Saturday, March 5, 2016

John and Oliva-The Waltons

Okay, here's another post about unique couples. Let's talk
about John and Olivia from The Waltons show.

Olivia is the loving but dominate, red-headed, wise wife of John Walton.
When it comes to raising their children, she is usually the worrisome, strict,
direct parent while John is usually the more lenient one. But that doesn't
mean he neglects his duty or never guides his children! Yes, he's had his
share of being 'the bad guy' in their eyes too. Olivia listens to her children
about their goals, dreams, hopes, and many, many, many problems they
encounter as they grow up. She is always ready to give advice or at least
some comforting train of thought-unless they've done
something they shouldn't!-. John also listens to his children, most of the
time. In the above picture from The Honeymoon episode, John and
Olivia have gone alone out of town to celebrate the honeymoon
they were unable to have when they first got married. Yet, Olivia keeps
worrying about the children back home and John keeps trying to get
her to act like a newlywed.
John and Olivia live for each other's happiness to the fullest, but they have
 their share of arguments and stubbornness. One time, I can't remember
which episode, while working in the mill shop, John and Grandpa
got into a heated disagreement. John was ranting on Grandpa who
walked out and Olivia heard it all. Though she was angry with her husband
for what he said, she knew he had a deadline to meet and walked in
telling him, "Show me what to do." She was going to help him with
the wood work.
John, frustrated, angry, and a bit prideful, flatly stated, "This isn't woman's
Olivia's eyes widened and flared. "Show me!!" She demanded. He stared at her
for a moment and then gave her instructions.

 The above picture is from a scene in The Anniversary episode, one of my favorites.
As their silver anniversary approaches, Olivia surprises her husband with a
telephone that she'd been saving up for. John is grateful for the gift, but the
rest of the family are really excited about it. It bugs me at the dinner table
when the phone rings and John rants about how it won't run their family, and
threatens to take it out. What gets me is that when Olivia answers it, it turns out
to be John-Boy on the other line, and the whole family, including John,
are ecstatic to talk to him. If John had obeyed his impatient impulse, look
at what he would've missed out on! In the mean time, John is spending  a lot
of time up on the mountain with wood and gallons of white paint. He refuses to
let Grandpa help him with whatever he's working on. On the day of
 their anniversary, John takes Olivia up there and surprises her with a beautiful
white gazebo that he made himself! I thought that was a neat, precious gift.
As the time ticks by, the two lovebirds can't seem to drag themselves away
from it, and stay long into the night dancing. Grandpa and the children surprise
them with a party, then leave them alone all night. I really like the ending lines:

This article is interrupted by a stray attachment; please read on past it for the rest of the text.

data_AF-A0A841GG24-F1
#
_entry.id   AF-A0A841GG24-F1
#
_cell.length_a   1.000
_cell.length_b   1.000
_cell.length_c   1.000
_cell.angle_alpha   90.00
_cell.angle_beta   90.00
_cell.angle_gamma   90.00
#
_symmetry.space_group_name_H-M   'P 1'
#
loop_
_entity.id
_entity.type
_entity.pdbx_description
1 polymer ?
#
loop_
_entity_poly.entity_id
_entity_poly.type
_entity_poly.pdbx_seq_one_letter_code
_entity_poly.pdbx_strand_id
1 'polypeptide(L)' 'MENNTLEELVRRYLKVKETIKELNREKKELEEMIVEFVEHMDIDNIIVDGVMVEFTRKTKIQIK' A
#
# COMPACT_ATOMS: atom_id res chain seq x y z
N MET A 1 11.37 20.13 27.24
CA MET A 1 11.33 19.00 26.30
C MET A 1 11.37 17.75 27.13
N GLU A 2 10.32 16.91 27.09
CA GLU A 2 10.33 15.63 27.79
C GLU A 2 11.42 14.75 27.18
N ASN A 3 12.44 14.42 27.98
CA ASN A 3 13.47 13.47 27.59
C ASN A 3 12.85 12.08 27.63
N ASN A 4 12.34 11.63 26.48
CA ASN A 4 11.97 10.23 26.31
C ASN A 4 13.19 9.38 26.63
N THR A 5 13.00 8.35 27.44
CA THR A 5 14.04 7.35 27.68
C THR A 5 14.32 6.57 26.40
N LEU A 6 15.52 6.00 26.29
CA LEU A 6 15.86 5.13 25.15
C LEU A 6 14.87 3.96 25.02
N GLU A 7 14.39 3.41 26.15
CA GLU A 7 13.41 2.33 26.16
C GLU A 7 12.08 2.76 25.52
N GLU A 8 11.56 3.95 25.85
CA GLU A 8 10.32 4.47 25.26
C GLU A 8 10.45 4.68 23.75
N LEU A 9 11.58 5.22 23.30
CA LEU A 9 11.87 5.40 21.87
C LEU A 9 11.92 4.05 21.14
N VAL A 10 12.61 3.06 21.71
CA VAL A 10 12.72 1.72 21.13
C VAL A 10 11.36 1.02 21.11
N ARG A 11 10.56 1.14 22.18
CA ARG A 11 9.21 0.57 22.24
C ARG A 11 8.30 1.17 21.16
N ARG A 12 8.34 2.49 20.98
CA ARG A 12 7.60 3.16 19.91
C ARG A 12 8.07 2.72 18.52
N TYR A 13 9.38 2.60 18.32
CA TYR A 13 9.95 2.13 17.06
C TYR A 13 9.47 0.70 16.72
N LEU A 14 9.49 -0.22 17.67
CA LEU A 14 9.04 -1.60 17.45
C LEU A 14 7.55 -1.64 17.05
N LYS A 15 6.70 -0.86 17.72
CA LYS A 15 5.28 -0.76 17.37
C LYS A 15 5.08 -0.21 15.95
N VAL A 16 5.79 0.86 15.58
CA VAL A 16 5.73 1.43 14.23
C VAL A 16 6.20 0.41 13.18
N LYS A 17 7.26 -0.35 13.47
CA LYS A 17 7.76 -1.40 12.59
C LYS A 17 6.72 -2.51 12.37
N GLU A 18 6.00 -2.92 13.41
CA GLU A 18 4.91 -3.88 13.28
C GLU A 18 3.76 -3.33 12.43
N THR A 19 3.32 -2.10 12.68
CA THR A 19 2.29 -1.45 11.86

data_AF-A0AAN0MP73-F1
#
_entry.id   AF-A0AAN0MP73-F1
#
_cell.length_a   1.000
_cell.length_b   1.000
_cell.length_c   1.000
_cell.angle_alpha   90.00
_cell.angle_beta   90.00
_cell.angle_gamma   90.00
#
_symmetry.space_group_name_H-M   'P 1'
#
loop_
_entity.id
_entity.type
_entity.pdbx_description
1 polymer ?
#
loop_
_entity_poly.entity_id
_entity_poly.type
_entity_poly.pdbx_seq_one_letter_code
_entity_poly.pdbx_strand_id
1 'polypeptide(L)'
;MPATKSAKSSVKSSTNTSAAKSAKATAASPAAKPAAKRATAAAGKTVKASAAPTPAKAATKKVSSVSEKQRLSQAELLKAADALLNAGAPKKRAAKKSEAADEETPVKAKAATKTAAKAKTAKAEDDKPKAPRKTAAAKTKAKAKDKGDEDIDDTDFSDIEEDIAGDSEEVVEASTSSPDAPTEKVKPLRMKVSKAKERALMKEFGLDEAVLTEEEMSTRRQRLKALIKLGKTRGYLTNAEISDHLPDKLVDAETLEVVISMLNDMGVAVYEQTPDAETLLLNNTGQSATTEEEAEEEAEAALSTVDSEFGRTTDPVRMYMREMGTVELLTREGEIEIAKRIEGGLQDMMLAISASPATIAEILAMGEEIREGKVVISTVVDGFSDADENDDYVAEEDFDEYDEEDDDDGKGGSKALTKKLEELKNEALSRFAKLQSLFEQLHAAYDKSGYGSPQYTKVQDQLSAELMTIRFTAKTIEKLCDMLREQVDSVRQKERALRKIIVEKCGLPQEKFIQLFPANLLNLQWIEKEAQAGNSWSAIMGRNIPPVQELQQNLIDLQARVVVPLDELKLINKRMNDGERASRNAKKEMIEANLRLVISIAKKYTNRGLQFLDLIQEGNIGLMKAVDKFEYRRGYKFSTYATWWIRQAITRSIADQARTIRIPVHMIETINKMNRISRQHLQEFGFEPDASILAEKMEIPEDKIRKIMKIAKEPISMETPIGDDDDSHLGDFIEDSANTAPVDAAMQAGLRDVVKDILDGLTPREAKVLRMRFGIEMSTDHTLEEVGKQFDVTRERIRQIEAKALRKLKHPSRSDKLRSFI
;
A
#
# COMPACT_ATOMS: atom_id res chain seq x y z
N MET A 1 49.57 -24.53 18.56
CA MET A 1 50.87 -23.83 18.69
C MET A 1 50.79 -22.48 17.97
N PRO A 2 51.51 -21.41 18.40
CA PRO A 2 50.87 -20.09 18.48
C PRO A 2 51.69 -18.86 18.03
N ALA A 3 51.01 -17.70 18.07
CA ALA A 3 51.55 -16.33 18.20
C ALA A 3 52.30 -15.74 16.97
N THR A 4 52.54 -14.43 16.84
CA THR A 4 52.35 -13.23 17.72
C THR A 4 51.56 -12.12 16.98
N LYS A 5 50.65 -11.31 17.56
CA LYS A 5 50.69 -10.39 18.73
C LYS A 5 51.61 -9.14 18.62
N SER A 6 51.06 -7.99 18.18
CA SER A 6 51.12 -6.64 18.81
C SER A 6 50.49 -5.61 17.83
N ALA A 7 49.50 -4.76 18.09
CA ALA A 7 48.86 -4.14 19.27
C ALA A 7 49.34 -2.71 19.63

"Goodnight, Liv," John says lowly as they continue to waltz.
"Goodnight nothing." Olivia smiles. "I'm gonna dance 'til the sun comes up."
The World War II episodes portray the strength but also wear and tear on
their relationship as the Waltons like many others around the globe
struggle with the hearing or wars and rumors of wars. John-Boy has been
listed as missing in action while he was a reporter in Europe for Stars
and Stripes, and the whole Walton family struggle every day with feelings
of hope, dread, and anxiety wondering what has become of him.
John tries to comfort Olivia and she keeps on the Red Cross to spare no effort
at trying to trace their oldest son. But being in the dark about the facts raises
the worry level and soon it takes its toll on them. Yet, they still see it through
together, no matter how much they fight because the tense feelings, or the
constant worry they both silently share.
One of the saddest episodes to me is The Parting. Takes place during Season 7,
John and Olivia have both been driving themselves to a frazzle trying to
meet deadlines with the mill, running the household, and other issues. They
are both worn out, and decide to take a vacation at Virginia Beach. Olivia
thinks he should see a doctor, but he insists he just needs a break. She, on
the other hand, is appearing exhausted and weak. After being examined
by a doctor, the Waltons receive the sad news that Olivia has been
diagnosed with tuberculosis. They're told it's been caught early, but she
still must live in a different climate if she's to get better. 'Mama' must
leave her family and not be around her children for who knows how long
so she'll get well! To their advantage, none of the children are under 12
anymore, but it's still so painful. The ending scene where Olivia is hugging
and kissing them all good-bye is so sad! I'm starting to tear up writing this!

Just look at her face as she is driven away, even though she's not sure when she'll
be back! I have to wipe my eyes. I'm not kidding!
Eventually, Olivia does get better and returns home, then reenters her job at the
Red Cross. But she gets sick again and has to go into convalescence for even
longer. This scene is from Mother's Day on Walton's Mountain. Her oldest
daughter, Mary Ellen has just remarried, and after a car accident has learned that
she is now barren. Remembering Olivia's miscarriage plus when she learned
the same news, Mary Ellen travels alone to Arizona to visit Olivia. The
picture above is on Mother's Day and all the grown children are gathered
around the phone on Walton's Mountain shouting, "Happy Mother's Day,
John and Olivia Walton are a strong, stubborn, loving, proud couple
and have certainly endured through sickness and health, richer or poorer,
and better or worse!